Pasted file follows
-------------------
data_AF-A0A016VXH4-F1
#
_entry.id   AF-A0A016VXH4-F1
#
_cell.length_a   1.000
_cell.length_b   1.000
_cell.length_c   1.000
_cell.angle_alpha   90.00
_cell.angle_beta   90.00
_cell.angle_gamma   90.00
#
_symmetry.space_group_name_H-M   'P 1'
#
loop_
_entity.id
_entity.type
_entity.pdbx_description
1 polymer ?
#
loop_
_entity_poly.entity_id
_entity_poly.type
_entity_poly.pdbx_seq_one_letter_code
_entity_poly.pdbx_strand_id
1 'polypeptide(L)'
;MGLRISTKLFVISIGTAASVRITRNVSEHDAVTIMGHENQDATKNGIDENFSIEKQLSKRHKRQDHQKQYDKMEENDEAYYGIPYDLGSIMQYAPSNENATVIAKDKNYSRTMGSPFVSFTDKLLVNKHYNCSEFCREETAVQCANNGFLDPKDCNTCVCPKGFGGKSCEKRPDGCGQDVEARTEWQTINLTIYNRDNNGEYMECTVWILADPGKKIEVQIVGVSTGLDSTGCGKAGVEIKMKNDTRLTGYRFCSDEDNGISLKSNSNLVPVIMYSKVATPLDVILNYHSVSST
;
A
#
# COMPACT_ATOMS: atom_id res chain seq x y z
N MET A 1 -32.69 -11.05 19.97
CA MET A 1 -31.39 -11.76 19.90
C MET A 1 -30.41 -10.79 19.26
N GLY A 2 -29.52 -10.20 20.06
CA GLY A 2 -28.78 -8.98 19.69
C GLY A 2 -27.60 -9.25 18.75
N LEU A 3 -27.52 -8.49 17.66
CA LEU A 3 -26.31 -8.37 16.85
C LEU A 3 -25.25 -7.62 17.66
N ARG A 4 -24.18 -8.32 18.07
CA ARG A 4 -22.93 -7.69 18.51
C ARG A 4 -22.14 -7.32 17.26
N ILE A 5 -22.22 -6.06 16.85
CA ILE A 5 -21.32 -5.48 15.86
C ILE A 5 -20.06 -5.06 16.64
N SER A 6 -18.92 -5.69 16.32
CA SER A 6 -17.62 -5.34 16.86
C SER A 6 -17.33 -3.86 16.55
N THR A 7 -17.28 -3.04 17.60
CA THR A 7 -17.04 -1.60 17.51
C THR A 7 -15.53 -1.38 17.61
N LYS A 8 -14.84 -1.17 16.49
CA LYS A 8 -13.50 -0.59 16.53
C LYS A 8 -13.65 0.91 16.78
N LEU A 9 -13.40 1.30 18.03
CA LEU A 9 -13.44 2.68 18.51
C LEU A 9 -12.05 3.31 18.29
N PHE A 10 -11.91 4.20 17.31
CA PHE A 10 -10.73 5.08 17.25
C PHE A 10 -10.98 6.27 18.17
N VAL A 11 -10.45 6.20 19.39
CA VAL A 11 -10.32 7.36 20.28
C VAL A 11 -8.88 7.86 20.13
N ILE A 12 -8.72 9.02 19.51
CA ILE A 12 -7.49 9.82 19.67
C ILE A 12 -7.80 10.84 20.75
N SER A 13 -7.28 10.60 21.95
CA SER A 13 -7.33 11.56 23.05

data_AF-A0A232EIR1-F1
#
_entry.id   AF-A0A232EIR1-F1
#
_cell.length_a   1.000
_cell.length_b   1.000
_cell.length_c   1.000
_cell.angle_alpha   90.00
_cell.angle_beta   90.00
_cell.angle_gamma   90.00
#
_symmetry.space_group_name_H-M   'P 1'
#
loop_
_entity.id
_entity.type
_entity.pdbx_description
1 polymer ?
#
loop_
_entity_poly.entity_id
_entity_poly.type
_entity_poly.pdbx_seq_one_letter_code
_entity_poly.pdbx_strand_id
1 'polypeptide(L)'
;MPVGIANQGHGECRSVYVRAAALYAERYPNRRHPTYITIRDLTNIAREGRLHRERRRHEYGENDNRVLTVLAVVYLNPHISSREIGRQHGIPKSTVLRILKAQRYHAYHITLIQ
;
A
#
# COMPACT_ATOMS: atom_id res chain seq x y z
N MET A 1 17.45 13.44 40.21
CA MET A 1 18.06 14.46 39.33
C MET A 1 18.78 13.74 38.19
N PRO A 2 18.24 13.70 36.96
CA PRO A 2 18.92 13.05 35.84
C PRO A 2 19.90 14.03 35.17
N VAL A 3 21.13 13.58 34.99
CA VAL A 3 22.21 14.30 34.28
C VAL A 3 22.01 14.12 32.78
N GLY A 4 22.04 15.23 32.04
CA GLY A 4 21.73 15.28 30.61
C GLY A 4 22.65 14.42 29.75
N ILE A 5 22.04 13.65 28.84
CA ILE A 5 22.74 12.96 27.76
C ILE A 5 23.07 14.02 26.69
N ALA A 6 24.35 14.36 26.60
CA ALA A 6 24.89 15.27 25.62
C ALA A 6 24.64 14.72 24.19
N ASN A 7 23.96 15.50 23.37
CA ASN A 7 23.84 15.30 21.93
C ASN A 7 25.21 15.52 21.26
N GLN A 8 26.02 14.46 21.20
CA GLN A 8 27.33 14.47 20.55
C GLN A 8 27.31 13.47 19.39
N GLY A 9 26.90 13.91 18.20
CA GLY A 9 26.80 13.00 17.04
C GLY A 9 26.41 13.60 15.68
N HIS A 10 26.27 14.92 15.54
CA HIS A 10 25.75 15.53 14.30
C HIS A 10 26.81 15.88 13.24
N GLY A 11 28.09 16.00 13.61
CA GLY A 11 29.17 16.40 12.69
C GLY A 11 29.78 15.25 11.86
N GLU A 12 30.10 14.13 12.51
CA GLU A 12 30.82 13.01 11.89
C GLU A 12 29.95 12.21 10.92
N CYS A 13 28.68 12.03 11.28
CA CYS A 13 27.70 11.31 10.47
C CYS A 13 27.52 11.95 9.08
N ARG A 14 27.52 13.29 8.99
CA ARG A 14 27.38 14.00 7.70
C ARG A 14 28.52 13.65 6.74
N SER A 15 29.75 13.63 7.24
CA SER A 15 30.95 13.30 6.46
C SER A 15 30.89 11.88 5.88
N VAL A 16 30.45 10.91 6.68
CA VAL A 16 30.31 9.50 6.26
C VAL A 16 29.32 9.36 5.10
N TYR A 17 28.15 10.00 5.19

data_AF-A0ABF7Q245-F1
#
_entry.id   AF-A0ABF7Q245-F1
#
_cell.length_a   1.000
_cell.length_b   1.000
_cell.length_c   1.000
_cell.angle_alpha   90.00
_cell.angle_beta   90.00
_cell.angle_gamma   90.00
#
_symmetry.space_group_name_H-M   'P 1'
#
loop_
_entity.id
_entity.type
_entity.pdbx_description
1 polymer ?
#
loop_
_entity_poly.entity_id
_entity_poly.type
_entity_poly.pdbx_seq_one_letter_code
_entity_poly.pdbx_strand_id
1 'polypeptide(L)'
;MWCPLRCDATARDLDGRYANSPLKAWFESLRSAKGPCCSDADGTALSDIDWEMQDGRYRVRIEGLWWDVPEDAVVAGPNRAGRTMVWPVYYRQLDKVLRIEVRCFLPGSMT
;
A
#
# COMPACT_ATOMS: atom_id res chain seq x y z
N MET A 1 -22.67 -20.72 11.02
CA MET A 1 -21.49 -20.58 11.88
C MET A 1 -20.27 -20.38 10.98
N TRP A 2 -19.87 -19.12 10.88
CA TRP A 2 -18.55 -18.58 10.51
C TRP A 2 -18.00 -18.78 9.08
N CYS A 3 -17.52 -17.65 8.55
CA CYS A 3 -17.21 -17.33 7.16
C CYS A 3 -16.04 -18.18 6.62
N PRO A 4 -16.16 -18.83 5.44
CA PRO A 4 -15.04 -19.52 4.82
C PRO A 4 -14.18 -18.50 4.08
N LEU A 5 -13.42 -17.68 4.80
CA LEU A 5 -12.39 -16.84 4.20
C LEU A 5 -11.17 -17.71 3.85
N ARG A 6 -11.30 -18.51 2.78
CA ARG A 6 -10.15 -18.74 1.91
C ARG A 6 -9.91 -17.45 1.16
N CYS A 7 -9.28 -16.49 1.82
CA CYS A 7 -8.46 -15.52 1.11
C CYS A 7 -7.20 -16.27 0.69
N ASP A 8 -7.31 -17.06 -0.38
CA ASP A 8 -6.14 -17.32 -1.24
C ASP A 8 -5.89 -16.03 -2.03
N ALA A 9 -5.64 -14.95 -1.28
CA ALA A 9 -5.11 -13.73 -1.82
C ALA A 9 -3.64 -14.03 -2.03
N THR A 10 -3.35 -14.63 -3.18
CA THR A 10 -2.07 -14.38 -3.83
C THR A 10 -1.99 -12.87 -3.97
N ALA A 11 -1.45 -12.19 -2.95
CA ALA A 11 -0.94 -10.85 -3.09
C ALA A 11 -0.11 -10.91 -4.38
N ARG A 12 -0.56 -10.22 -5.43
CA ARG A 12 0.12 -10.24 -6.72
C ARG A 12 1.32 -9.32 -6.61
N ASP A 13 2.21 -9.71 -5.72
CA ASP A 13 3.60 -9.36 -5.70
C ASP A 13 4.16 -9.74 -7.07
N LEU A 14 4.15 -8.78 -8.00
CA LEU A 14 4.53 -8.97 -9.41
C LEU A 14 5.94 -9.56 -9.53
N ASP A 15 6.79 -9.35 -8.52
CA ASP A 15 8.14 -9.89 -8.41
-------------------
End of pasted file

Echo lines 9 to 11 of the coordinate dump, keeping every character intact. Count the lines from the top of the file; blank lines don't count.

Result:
_cell.angle_beta   90.00
_cell.angle_gamma   90.00
#